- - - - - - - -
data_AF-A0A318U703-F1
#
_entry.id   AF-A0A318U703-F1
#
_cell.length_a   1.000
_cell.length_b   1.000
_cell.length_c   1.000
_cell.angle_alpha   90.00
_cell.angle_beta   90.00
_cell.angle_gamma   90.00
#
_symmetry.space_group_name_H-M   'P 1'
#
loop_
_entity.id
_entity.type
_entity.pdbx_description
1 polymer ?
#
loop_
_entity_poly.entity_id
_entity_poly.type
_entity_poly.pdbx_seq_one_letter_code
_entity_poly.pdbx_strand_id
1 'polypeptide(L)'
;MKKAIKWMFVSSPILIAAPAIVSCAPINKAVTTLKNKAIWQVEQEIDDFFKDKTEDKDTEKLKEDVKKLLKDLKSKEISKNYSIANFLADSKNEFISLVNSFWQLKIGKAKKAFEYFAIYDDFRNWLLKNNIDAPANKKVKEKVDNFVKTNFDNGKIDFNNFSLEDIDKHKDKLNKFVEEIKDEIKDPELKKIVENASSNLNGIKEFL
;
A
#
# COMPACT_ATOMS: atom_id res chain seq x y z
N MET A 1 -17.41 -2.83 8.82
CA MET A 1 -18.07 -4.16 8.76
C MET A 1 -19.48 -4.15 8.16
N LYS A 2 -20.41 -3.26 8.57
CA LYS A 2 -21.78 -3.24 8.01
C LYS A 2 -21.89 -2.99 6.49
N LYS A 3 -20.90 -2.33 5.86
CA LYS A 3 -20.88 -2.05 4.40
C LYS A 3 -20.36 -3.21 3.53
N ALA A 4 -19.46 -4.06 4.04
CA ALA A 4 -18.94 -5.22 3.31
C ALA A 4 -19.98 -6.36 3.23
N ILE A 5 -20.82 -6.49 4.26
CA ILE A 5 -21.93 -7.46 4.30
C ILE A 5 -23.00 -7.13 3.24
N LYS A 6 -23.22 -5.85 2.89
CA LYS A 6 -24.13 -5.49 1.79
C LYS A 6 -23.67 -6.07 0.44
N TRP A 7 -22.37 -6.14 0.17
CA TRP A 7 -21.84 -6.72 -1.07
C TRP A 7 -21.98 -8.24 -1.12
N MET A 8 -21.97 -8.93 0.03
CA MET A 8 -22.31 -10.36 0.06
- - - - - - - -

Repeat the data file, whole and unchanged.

data_AF-A0A318U703-F1
#
_entry.id   AF-A0A318U703-F1
#
_cell.length_a   1.000
_cell.length_b   1.000
_cell.length_c   1.000
_cell.angle_alpha   90.00
_cell.angle_beta   90.00
_cell.angle_gamma   90.00
#
_symmetry.space_group_name_H-M   'P 1'
#
loop_
_entity.id
_entity.type
_entity.pdbx_description
1 polymer ?
#
loop_
_entity_poly.entity_id
_entity_poly.type
_entity_poly.pdbx_seq_one_letter_code
_entity_poly.pdbx_strand_id
1 'polypeptide(L)'
;MKKAIKWMFVSSPILIAAPAIVSCAPINKAVTTLKNKAIWQVEQEIDDFFKDKTEDKDTEKLKEDVKKLLKDLKSKEISKNYSIANFLADSKNEFISLVNSFWQLKIGKAKKAFEYFAIYDDFRNWLLKNNIDAPANKKVKEKVDNFVKTNFDNGKIDFNNFSLEDIDKHKDKLNKFVEEIKDEIKDPELKKIVENASSNLNGIKEFL
;
A
#
# COMPACT_ATOMS: atom_id res chain seq x y z
N MET A 1 -17.41 -2.83 8.82
CA MET A 1 -18.07 -4.16 8.76
C MET A 1 -19.48 -4.15 8.16
N LYS A 2 -20.41 -3.26 8.57
CA LYS A 2 -21.78 -3.24 8.01
C LYS A 2 -21.89 -2.99 6.49
N LYS A 3 -20.90 -2.33 5.86
CA LYS A 3 -20.88 -2.05 4.40
C LYS A 3 -20.36 -3.21 3.53
N ALA A 4 -19.46 -4.06 4.04
CA ALA A 4 -18.94 -5.22 3.31
C ALA A 4 -19.98 -6.36 3.23
N ILE A 5 -20.82 -6.49 4.26
CA ILE A 5 -21.93 -7.46 4.30
C ILE A 5 -23.00 -7.13 3.24
N LYS A 6 -23.22 -5.85 2.89
CA LYS A 6 -24.13 -5.49 1.79
C LYS A 6 -23.67 -6.07 0.44
N TRP A 7 -22.37 -6.14 0.17
CA TRP A 7 -21.84 -6.72 -1.07
C TRP A 7 -21.98 -8.24 -1.12
N MET A 8 -21.97 -8.93 0.03
CA MET A 8 -22.31 -10.36 0.06